Tying the knot in the wake of World War II resulted in Queen Elizabeth resorting to creative means in gathering the necessary material for her gorgeous wedding dress.
In the years following the devastation of World War II, even the royal family was not immune from the rations imposed on the people until the economy got back into full swing.
These rations stretched beyond the basic needs of everyday life as Queen Elizabeth's wedding dress, and the material needed for it was not automatically given to her. The royal had to save her rationing coupons to afford her beautiful gown.
Princess Elizabeth, later Queen Elizabeth II with her husband Phillip on their wedding day, 20th November 1947. | Getty Images
The striking dress made from ivory silk that Queen Elizabeth donned as she made the trip down the aisle toward Prince Philip was paid for by the coupons that the bride had put aside paired with the 200 coupons that the government had gifted her.
However conservative the manner of payment was, the result was breathtaking. The gown was made up of a 13-foot train and sported 10,000 seed pearls imported from America. A Botticelli painting inspired the pattern seen on the train.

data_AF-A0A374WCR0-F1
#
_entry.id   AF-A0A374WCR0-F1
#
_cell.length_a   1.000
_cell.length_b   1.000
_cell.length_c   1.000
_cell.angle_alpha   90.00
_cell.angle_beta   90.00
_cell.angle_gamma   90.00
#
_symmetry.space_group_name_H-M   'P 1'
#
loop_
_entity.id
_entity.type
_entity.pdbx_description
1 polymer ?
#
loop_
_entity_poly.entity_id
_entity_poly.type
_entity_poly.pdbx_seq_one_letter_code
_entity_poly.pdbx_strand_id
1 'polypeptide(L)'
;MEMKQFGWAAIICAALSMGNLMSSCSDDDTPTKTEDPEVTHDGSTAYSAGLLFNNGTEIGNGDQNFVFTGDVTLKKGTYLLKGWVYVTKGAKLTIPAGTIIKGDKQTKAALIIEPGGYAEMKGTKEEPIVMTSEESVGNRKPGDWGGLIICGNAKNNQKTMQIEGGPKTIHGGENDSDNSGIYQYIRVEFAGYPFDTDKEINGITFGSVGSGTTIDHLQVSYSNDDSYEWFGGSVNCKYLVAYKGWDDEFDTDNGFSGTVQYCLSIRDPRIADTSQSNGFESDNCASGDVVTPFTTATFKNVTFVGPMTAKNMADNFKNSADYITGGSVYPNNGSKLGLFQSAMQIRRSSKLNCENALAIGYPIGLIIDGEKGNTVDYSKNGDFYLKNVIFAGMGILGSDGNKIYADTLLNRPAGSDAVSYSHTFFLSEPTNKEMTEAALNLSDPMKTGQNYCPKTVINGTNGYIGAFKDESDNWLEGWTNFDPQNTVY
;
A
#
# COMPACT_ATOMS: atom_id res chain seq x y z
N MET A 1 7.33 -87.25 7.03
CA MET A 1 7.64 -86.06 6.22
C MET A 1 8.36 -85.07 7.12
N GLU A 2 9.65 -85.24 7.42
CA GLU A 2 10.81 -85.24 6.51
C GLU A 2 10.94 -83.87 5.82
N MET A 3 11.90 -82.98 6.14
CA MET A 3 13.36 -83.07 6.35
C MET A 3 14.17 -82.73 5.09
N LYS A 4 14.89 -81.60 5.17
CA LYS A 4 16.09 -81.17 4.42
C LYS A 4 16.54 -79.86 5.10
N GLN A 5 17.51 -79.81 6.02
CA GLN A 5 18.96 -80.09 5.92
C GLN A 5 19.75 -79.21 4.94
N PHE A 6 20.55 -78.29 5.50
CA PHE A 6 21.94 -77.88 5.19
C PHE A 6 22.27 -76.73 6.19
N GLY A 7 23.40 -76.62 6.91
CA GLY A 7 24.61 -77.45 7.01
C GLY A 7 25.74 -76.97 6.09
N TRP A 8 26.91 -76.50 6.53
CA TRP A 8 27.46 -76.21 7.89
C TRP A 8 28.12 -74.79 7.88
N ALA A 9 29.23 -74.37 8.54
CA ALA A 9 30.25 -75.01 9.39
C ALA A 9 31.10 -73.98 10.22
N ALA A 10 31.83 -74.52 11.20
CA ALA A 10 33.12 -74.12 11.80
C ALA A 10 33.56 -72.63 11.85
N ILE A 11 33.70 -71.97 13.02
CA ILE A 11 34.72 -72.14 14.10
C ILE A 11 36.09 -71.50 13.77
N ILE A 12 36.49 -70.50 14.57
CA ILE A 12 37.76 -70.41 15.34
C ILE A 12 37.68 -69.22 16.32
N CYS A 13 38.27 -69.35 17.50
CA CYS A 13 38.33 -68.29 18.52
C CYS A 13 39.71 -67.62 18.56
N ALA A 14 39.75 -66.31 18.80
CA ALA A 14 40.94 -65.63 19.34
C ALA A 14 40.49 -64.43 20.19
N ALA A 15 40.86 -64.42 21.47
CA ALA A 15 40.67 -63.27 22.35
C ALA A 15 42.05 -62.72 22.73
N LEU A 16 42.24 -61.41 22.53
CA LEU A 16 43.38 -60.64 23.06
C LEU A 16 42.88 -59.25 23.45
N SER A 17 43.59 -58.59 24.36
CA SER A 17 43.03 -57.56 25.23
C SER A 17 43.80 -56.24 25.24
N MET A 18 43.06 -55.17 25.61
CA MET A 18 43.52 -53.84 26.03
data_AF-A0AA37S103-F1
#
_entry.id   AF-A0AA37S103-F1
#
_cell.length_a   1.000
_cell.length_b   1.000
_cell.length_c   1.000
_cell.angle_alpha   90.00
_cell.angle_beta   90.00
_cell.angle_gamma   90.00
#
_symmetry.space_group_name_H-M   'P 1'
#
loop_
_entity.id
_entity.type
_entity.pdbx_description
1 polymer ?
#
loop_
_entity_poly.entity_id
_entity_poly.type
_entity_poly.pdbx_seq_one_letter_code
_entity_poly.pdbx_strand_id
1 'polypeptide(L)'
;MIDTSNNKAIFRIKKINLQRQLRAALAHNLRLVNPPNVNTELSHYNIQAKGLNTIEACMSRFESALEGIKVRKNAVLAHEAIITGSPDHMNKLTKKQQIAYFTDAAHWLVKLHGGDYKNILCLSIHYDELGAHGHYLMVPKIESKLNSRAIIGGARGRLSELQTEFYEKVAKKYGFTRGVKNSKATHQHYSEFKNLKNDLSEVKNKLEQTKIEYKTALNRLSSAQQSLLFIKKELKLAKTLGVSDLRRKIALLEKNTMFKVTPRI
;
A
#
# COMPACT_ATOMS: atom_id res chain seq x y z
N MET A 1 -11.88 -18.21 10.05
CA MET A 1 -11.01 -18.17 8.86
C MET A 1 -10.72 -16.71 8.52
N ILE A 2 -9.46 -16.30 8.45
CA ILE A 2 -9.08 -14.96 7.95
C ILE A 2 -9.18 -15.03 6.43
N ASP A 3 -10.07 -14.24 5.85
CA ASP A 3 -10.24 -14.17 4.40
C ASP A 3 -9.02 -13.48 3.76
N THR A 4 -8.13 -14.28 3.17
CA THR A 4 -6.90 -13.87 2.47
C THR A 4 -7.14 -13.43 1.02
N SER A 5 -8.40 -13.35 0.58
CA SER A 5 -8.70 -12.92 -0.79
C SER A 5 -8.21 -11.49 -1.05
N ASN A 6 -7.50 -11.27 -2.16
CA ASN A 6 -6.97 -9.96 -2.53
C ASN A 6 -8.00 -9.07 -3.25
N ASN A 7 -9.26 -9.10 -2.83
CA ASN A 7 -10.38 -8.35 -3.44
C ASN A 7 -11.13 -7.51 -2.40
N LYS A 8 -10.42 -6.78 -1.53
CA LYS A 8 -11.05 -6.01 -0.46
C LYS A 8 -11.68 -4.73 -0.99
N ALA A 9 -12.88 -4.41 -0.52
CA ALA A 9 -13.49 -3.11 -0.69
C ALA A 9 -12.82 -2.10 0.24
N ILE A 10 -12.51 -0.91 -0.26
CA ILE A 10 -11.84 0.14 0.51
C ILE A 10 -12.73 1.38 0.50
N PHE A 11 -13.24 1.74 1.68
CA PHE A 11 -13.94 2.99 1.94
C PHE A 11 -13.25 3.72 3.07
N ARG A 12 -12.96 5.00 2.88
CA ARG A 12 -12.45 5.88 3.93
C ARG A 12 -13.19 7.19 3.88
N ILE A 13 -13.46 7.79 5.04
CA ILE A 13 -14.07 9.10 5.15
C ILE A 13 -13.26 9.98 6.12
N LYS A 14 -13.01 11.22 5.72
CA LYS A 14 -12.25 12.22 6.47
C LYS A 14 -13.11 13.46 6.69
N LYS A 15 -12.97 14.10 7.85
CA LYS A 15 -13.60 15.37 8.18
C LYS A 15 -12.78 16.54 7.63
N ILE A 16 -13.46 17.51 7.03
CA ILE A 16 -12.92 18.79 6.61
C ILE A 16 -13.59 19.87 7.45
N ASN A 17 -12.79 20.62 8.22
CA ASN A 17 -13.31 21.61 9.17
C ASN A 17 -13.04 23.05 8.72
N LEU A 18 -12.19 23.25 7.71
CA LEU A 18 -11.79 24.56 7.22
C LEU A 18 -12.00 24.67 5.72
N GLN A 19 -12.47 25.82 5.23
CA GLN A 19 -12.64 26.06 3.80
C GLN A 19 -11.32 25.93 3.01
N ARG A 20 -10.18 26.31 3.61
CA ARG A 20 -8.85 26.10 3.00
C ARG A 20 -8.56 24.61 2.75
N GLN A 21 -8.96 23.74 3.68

With her 200 plus coupons, 21-year-old Queen Elizabeth roped in the help of designer Norman Hartnell to put her ensemble together. The designer only had four months to make the showstopper gown and had a team of 350 women.
The Duke of Edinburgh caught the eye of 13-year-old Queen Elizabeth while she was visiting the Royal Naval College with her family.
Hartnell had the design of the gown done within a month of the royal couple's engagement and was reported to have said that he wanted the future queen's dress to be "the most beautiful dress I had so far made."
Queen Elizabeth's modest approach to her wedding outfit is definitely not a tradition passed on to the new generation of royals. Prince William's bride opted for a gown that racked up a bill of $434,000 in 2011.
Despite the considerably lower value of the Queen's dress when made, it still holds a sense of charm and beauty. The dress was put on display for Queen Elizabeth's 90th birthday, and dressmaker Betty Foster shared:
"I had forgotten how beautiful it was, with that exquisite train—and how small the Princess was."
73 YEARS OF MARRIAGE
Having exchanged nuptials in 1947, Queen Elizabeth and Prince Philip shared 73 years of marriage before the Queen's spouse passed away at the age of 99.
Prince Philip referred to tolerance as one the most critical elements in his successful relationship with the reigning royal. Having come from very different backgrounds, the two had to learn to compromise on their differing ideals.
The Duke of Edinburgh caught the eye of 13-year-old Queen Elizabeth while she was visiting the Royal Naval College with her family. He was 18 at the time and a cadet in training.
Seven years later, Prince Philip approached King George VI to ask for Queen Elizabeth's hand and marriage. After four short months of being fiancés, they embarked on the lifelong journey of being husband and wife.